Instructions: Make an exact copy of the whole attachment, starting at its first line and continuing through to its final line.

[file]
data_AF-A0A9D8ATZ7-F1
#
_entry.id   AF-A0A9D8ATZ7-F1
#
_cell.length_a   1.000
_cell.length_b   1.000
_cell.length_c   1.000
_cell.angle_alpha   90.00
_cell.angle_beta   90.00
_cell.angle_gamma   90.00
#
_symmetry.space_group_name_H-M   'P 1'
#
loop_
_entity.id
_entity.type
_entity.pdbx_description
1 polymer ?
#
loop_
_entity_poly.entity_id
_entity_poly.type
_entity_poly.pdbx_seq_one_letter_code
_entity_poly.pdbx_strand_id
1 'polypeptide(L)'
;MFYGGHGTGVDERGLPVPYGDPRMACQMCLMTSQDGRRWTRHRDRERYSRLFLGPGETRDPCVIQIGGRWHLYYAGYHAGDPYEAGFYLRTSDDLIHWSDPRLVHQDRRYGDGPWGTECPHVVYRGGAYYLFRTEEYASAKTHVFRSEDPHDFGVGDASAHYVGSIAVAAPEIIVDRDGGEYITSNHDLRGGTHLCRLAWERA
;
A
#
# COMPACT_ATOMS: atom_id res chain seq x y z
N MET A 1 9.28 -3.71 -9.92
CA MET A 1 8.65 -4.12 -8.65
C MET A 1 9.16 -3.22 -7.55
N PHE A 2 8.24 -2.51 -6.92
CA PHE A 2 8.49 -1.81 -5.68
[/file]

data_AF-A0A9D8ATZ7-F1
#
_entry.id   AF-A0A9D8ATZ7-F1
#
_cell.length_a   1.000
_cell.length_b   1.000
_cell.length_c   1.000
_cell.angle_alpha   90.00
_cell.angle_beta   90.00
_cell.angle_gamma   90.00
#
_symmetry.space_group_name_H-M   'P 1'
#
loop_
_entity.id
_entity.type
_entity.pdbx_description
1 polymer ?
#
loop_
_entity_poly.entity_id
_entity_poly.type
_entity_poly.pdbx_seq_one_letter_code
_entity_poly.pdbx_strand_id
1 'polypeptide(L)'
;MFYGGHGTGVDERGLPVPYGDPRMACQMCLMTSQDGRRWTRHRDRERYSRLFLGPGETRDPCVIQIGGRWHLYYAGYHAGDPYEAGFYLRTSDDLIHWSDPRLVHQDRRYGDGPWGTECPHVVYRGGAYYLFRTEEYASAKTHVFRSEDPHDFGVGDASAHYVGSIAVAAPEIIVDRDGGEYITSNHDLRGGTHLCRLAWERA
;
A
#
# COMPACT_ATOMS: atom_id res chain seq x y z
N MET A 1 9.28 -3.71 -9.92
CA MET A 1 8.65 -4.12 -8.65
C MET A 1 9.16 -3.22 -7.55
N PHE A 2 8.24 -2.51 -6.92
CA PHE A 2 8.49 -1.81 -5.68